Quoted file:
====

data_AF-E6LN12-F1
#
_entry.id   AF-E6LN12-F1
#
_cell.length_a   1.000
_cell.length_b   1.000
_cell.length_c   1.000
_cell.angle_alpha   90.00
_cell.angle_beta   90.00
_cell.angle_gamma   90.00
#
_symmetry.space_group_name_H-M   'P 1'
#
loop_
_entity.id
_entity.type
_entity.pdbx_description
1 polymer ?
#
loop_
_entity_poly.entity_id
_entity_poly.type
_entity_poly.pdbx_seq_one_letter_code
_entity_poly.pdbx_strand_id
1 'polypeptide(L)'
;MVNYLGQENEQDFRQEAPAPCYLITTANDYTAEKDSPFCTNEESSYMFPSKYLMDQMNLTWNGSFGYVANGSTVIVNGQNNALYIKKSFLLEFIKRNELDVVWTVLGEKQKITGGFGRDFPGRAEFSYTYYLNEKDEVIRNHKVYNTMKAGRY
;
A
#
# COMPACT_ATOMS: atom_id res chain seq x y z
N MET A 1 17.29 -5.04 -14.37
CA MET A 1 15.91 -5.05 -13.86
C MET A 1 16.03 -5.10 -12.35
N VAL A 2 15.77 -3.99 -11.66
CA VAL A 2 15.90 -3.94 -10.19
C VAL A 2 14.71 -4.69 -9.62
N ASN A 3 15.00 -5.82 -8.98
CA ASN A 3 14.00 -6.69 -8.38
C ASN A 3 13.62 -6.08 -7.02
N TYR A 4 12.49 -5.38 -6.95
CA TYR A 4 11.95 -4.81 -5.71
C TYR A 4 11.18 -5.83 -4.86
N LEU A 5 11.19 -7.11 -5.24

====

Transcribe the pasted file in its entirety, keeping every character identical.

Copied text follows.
data_AF-E6LN12-F1
#
_entry.id   AF-E6LN12-F1
#
_cell.length_a   1.000
_cell.length_b   1.000
_cell.length_c   1.000
_cell.angle_alpha   90.00
_cell.angle_beta   90.00
_cell.angle_gamma   90.00
#
_symmetry.space_group_name_H-M   'P 1'
#
loop_
_entity.id
_entity.type
_entity.pdbx_description
1 polymer ?
#
loop_
_entity_poly.entity_id
_entity_poly.type
_entity_poly.pdbx_seq_one_letter_code
_entity_poly.pdbx_strand_id
1 'polypeptide(L)'
;MVNYLGQENEQDFRQEAPAPCYLITTANDYTAEKDSPFCTNEESSYMFPSKYLMDQMNLTWNGSFGYVANGSTVIVNGQNNALYIKKSFLLEFIKRNELDVVWTVLGEKQKITGGFGRDFPGRAEFSYTYYLNEKDEVIRNHKVYNTMKAGRY
;
A
#
# COMPACT_ATOMS: atom_id res chain seq x y z
N MET A 1 17.29 -5.04 -14.37
CA MET A 1 15.91 -5.05 -13.86
C MET A 1 16.03 -5.10 -12.35
N VAL A 2 15.77 -3.99 -11.66
CA VAL A 2 15.90 -3.94 -10.19
C VAL A 2 14.71 -4.69 -9.62
N ASN A 3 15.00 -5.82 -8.98
CA ASN A 3 14.00 -6.69 -8.38
C ASN A 3 13.62 -6.08 -7.02
N TYR A 4 12.49 -5.38 -6.95
CA TYR A 4 11.95 -4.81 -5.71
C TYR A 4 11.18 -5.83 -4.86
N LEU A 5 11.19 -7.11 -5.24